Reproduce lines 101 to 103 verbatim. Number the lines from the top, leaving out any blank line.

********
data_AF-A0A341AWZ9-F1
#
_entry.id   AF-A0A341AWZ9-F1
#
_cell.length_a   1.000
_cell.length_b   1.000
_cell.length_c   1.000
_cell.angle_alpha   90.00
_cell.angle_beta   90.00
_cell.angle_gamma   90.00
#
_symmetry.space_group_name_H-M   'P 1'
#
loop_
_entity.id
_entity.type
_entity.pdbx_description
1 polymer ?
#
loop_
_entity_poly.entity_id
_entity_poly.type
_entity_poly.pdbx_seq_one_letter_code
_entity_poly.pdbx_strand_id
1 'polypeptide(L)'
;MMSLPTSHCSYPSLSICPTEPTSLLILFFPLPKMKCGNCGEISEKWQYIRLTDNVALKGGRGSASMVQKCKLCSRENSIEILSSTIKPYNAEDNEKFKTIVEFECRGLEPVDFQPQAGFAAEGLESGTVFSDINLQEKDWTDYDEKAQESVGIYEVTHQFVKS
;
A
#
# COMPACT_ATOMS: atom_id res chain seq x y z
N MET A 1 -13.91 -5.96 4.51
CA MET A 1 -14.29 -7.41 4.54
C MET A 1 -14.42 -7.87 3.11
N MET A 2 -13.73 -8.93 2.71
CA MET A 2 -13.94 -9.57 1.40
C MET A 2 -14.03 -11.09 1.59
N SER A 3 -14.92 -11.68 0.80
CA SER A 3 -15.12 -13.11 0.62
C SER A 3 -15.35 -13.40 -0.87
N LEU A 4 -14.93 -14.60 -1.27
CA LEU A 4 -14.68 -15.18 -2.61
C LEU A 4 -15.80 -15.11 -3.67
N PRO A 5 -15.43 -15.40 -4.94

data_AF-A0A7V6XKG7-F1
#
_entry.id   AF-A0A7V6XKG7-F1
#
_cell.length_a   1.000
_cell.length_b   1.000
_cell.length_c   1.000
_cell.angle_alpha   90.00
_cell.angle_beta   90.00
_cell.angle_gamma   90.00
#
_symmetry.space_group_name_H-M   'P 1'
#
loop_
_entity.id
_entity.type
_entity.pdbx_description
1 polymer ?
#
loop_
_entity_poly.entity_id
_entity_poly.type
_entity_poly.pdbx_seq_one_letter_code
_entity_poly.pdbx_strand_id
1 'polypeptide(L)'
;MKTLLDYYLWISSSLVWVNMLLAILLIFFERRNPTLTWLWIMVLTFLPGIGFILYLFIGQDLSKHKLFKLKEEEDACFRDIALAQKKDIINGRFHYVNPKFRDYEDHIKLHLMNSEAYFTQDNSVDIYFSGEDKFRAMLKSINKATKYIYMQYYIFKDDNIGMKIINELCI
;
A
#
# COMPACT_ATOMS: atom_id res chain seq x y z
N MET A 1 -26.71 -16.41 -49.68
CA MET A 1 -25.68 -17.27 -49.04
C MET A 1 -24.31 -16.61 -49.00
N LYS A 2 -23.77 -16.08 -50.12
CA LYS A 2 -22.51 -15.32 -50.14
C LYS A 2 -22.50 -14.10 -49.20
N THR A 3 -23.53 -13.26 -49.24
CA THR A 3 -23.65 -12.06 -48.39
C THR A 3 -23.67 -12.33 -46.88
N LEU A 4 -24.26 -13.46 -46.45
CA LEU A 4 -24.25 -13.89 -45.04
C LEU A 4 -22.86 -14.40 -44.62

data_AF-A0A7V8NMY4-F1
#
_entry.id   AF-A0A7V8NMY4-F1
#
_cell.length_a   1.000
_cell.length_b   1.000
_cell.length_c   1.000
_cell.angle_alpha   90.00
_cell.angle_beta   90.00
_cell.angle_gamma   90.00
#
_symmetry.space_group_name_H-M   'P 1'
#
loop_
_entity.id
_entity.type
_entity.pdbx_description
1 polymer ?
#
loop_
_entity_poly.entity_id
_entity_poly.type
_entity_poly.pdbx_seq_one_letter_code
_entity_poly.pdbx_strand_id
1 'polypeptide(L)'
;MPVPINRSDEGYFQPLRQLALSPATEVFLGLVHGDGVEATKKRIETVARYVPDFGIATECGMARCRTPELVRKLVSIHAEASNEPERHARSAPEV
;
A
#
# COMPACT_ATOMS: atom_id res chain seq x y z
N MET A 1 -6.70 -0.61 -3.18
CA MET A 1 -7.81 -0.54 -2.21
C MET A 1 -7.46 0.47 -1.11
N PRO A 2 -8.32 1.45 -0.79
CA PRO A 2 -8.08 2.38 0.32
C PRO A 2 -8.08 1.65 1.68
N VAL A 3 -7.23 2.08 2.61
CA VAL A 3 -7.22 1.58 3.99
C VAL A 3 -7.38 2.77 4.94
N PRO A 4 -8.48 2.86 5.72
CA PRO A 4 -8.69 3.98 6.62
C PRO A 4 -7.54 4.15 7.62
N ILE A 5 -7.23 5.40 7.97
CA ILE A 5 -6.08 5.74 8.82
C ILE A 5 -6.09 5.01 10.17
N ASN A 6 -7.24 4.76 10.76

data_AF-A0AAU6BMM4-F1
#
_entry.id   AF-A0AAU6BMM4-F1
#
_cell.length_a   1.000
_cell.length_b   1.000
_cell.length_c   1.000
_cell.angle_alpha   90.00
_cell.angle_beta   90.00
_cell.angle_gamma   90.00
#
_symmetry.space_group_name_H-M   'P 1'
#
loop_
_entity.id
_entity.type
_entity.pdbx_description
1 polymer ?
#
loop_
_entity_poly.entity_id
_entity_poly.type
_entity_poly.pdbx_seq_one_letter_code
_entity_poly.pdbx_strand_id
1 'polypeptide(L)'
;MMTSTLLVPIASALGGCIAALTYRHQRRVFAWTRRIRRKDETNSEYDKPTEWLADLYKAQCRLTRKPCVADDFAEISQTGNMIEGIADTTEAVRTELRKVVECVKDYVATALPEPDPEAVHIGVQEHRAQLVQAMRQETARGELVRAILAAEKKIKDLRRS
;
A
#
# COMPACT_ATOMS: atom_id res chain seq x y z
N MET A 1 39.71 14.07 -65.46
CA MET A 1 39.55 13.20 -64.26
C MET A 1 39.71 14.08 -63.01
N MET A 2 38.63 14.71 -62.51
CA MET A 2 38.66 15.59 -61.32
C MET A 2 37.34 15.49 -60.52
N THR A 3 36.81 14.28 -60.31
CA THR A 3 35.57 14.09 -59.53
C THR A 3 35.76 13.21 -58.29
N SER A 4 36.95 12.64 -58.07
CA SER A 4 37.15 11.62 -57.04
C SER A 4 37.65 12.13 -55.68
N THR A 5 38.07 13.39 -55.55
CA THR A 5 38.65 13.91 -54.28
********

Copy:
_entity.type
_entity.pdbx_description
1 polymer ?